When I was in college, I rented a basement from a friend and her boyfriend.
Things went great until their relationship began to deteriorate, at which time my friend moved out.
We all agreed that I would continue to rent the basement, at least until they decided what to do with the house.
In the few weeks I lived there after my friend moved out, her boyfriend began to go into my things while I was gone, taking things and doing who knows what else.
He made it no secret either–on several occasions he confronted me about various items or information he found among my private belongings.
And then, one day, I woke up and found that he’d climbed into my bed while I slept. That was the last straw. He had violated my privacy and now he was violating my personal right to choose who was allowed in my bed.
Since I couldn’t wait until I found an apartment to move out, I crashed on a friend’s couch for a few days while I located a new place.
When I finally did, I was very happy–except for the overwhelming anger that kept looming in my subconscious. Every time I turned around, something reminded me that he had hurt me, violated me, upset me. And that he wasn’t the only one who, by the time I was 19 years old, had done so–some in even more harsh ways.
Negativity begot negativity, and I started seeing more and more of it in my life. I struggled with it for months, falling into depression after depression. I felt like I was completely worthless, drowning in my own thoughts.
One day, as I sat wracking my brain about how to get over this anger, I thought I heard something. I was alone in my apartment, with the exception of my cat.
And I know this is going to sound crazy, but I would swear to you that I heard someone whisper, “You have to forgive him,” in my ear.
And, more strangely, I knew immediately what the “whisper” meant.
Even though I’d stuffed it all down and tried not to focus on my anger for all of these months, it still stayed there, like a parasite, nibbling away at anything positive that came into my life.
So I picked up my notebook and started writing him a letter. I told him why I was so angry at him and what he did that hurt me so much. I told him why I thought he was wrong. I called him every name in the book and said cuss words that I invented for the occasion.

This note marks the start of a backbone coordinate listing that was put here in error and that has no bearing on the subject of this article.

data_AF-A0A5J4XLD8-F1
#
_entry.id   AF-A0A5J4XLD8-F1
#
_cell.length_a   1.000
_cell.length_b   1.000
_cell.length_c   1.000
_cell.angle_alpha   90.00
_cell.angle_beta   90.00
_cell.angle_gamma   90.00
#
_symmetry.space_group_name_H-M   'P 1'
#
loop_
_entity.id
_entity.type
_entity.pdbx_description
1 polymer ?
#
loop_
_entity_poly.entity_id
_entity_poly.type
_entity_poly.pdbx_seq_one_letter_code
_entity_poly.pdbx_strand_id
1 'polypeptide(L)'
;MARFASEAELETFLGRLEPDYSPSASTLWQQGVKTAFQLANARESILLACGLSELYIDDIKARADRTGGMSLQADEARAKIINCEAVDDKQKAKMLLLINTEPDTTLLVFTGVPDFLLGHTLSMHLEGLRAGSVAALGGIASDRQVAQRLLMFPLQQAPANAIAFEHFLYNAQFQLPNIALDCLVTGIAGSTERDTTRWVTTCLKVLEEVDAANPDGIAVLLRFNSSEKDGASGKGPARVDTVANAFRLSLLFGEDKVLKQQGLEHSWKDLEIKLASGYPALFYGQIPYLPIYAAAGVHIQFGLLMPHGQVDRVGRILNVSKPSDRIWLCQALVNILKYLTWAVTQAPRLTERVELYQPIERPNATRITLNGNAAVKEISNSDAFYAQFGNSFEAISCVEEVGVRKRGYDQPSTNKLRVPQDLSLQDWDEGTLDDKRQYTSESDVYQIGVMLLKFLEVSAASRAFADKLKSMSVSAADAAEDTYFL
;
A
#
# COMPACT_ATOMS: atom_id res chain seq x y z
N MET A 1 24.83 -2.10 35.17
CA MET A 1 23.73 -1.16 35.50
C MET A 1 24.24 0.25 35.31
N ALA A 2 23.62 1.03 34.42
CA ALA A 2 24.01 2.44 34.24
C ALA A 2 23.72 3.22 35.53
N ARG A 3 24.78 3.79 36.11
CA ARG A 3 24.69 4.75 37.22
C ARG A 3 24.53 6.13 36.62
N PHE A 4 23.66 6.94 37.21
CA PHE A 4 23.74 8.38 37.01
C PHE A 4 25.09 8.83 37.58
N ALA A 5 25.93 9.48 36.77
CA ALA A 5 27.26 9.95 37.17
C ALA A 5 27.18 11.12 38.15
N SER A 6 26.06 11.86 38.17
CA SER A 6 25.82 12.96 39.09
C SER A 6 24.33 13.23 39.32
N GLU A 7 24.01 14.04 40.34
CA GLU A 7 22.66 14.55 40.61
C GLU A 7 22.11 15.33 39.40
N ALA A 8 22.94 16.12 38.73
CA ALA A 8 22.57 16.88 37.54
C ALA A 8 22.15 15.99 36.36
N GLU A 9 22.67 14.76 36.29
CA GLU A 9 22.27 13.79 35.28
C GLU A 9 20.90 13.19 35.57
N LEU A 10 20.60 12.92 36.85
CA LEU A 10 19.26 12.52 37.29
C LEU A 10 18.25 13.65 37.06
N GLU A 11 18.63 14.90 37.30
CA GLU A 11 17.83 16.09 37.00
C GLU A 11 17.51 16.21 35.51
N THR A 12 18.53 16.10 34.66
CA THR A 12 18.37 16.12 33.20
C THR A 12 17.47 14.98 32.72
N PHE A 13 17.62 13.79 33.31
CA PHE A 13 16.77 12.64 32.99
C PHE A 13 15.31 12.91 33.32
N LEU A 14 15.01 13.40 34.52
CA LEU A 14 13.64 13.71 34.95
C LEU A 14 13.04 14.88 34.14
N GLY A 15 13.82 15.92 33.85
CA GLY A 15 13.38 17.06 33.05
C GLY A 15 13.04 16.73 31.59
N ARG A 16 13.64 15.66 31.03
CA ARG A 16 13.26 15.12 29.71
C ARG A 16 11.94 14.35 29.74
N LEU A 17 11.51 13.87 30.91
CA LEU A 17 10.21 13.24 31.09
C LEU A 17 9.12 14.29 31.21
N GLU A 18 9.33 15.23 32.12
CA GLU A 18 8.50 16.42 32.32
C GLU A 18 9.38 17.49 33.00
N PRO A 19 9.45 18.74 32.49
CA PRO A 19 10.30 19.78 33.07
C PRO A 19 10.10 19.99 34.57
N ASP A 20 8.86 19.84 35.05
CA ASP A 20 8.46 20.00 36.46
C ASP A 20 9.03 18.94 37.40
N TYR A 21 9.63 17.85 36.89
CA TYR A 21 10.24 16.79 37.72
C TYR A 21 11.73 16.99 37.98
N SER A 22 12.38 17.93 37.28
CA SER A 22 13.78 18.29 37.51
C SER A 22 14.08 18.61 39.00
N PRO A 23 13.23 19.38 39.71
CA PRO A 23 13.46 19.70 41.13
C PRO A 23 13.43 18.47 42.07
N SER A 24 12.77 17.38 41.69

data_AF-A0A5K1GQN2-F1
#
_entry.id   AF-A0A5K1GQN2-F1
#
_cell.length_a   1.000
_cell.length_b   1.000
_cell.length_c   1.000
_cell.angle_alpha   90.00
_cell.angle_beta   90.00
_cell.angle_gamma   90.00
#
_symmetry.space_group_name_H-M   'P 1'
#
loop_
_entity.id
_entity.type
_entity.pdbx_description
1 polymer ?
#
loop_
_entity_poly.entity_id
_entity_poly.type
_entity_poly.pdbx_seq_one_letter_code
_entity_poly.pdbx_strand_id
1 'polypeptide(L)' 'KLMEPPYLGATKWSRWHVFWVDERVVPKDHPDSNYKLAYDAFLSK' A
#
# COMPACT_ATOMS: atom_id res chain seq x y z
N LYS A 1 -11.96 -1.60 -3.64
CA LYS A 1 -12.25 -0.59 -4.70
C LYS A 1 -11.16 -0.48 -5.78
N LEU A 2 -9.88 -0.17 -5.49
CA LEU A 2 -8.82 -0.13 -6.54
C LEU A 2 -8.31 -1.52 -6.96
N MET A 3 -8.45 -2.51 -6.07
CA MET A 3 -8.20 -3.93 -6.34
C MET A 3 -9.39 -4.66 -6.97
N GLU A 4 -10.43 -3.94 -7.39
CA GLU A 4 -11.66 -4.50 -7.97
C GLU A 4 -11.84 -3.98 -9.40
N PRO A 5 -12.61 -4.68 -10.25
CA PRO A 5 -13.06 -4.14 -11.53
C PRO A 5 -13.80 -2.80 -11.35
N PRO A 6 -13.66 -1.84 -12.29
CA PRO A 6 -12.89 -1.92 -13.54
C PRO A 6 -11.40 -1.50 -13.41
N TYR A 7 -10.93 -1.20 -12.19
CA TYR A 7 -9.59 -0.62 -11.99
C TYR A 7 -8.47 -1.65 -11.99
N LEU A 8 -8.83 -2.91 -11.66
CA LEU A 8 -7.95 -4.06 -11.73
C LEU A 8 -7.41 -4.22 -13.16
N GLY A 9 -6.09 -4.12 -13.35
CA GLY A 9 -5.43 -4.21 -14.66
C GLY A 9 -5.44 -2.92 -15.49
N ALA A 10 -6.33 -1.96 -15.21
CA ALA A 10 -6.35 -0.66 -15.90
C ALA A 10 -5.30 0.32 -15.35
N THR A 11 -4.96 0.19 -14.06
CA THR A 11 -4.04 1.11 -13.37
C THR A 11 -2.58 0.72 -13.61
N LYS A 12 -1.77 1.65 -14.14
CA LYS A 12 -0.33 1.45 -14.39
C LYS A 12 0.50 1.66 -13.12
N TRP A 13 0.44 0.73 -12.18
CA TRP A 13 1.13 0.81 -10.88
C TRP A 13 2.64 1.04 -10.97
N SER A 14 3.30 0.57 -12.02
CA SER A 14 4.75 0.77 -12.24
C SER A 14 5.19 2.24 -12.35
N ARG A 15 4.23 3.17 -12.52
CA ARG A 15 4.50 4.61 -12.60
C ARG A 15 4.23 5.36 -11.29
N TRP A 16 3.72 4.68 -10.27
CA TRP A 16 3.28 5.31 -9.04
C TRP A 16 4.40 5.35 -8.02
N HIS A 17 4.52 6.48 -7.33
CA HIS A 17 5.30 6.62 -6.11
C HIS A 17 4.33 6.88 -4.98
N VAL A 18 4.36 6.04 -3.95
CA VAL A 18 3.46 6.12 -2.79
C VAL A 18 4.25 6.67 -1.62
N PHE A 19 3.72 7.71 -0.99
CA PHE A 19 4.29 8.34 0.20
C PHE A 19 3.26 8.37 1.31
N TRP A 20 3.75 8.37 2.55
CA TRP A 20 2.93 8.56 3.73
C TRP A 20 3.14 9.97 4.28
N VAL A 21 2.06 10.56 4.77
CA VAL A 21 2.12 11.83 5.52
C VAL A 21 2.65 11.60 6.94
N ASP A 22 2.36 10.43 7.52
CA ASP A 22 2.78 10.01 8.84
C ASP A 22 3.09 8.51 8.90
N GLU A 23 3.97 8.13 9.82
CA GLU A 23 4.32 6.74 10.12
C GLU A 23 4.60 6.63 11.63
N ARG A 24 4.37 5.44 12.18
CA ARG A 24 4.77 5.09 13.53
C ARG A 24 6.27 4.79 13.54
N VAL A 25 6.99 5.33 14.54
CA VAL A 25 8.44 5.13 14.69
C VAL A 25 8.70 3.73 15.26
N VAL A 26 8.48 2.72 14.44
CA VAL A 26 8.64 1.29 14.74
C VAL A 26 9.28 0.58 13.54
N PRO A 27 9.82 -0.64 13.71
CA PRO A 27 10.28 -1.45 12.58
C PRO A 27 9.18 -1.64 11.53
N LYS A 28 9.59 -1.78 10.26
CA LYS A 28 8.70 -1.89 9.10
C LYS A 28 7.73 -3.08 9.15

And at the end of the letter, I told him that I forgave him–not for him, but for myself. Because I deserved to live in peace, without the negativity of my past with him (or anyone else, for that matter) corroding my beautiful world.
When I finished the letter, I felt an amazing sense of peace come over me, almost immediately. And, while I’d fully intended to mail the letter (or at least an edited and polished version of it) to that man, I never did. It turned out that I didn’t need to.
Once I’d written down my feelings, owned them, and moved on–the healing began. Such a simple act allowed me to release months of pent up feelings that were holding me back. I was finally able to begin to feel GOOD again, and suddenly my life was back on the right track.
How about you?
Are you holding a grudge? Do you have some old anger lingering in your heart? If so, it’s time to begin to heal. We all know logically that we cannot change the past, so why live there?
Here’s my challenge for you today. If you are plagued by anger or holding a grudge that you just can’t shake, try writing a letter today to the source of your frustration. Say what you mean, and don’t censor yourself. Let it all out.
And then, offer your forgiveness.
Then, if you like, write a more “reader friendly” version of your letter and mail it to the person or people who have hurt you. But more likely, you might find that the simple act of getting it all out is enough, like I did.
The bottom line here is that if you are holding on to toxic anger, it’s only hurting YOU. The person or people you’re angry at are probably not aware of it–and if they are, it’s not affecting them nearly as significantly as it is you.
The best revenge, they say, is living well–so if you don’t want to let go of your anger just for your own sake, then let it go to be the bigger person.
I’ll leave you with a final quote from Catherine Ponder.
“When you hold resentment toward another, you are bound to that person or condition by an emotional link that is stronger than steel. Forgiveness is the only way to dissolve that link and get free.”
What do you think? Do you have someone to forgive? Share your thoughts and experiences in the comments section, below!